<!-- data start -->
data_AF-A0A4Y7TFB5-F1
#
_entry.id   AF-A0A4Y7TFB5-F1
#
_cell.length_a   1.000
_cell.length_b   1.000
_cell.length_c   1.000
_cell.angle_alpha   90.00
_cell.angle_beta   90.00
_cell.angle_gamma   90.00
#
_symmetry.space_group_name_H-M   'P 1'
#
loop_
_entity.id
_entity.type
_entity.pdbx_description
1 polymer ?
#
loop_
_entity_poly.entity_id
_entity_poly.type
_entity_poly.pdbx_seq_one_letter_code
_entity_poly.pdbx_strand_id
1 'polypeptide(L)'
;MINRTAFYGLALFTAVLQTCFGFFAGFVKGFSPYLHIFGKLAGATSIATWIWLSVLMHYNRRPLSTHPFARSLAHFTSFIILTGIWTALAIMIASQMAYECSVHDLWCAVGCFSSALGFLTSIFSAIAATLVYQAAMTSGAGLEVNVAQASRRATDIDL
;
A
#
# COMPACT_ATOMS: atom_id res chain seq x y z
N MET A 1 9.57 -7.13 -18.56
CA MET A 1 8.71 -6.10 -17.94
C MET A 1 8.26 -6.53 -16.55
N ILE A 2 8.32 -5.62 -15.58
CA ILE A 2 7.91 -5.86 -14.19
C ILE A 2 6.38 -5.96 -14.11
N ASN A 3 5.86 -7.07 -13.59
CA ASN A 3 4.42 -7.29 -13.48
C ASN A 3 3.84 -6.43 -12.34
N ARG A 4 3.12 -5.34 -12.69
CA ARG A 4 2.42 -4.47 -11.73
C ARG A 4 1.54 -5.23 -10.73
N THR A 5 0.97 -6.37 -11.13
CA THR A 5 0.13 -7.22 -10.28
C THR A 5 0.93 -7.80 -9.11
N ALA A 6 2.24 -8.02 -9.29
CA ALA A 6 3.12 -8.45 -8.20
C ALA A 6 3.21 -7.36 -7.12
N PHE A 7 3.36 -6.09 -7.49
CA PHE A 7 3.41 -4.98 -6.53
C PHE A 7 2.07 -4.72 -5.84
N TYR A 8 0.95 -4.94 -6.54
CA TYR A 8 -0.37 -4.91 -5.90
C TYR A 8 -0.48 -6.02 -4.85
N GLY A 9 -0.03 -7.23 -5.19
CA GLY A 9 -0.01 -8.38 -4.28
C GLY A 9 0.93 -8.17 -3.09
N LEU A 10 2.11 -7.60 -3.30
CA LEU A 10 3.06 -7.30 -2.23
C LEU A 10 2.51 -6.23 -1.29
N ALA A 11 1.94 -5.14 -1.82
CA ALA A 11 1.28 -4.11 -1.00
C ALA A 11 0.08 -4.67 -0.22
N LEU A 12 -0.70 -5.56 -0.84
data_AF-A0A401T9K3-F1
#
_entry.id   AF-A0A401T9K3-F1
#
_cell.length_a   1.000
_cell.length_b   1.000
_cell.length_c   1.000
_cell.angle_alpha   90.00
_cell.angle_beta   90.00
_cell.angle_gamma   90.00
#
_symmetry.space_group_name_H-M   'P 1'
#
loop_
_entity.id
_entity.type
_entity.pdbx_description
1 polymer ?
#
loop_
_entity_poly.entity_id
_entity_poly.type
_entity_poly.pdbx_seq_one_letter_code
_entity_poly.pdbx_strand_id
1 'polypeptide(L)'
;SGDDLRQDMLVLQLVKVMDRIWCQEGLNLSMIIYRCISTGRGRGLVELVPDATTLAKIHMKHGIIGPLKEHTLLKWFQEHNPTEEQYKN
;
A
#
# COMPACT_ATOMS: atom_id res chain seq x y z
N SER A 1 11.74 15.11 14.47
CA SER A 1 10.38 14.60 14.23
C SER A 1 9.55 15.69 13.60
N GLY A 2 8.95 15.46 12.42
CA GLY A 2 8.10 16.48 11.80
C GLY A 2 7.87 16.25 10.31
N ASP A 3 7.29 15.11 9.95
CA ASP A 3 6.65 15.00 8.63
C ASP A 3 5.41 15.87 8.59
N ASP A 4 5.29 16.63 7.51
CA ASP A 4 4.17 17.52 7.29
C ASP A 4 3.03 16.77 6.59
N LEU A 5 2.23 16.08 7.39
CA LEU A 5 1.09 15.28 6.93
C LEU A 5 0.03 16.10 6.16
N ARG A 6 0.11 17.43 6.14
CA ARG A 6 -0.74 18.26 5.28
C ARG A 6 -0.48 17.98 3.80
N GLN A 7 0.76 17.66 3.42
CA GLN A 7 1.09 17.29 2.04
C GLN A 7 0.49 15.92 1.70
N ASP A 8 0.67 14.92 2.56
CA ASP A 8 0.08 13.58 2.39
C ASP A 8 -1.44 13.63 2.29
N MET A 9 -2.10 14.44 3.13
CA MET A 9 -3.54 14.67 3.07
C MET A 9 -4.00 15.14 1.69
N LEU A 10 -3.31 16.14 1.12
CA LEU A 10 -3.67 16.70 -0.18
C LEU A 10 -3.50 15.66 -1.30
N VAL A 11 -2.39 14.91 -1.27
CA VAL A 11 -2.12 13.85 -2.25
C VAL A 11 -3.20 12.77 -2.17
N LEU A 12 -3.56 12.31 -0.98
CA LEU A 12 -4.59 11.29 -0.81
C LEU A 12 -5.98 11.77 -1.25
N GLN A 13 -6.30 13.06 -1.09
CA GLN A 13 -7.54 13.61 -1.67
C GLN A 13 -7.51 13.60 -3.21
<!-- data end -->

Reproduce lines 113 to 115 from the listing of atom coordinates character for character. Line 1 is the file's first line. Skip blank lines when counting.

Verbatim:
N GLN A 7 0.76 17.66 3.42
CA GLN A 7 1.09 17.29 2.04
C GLN A 7 0.49 15.92 1.70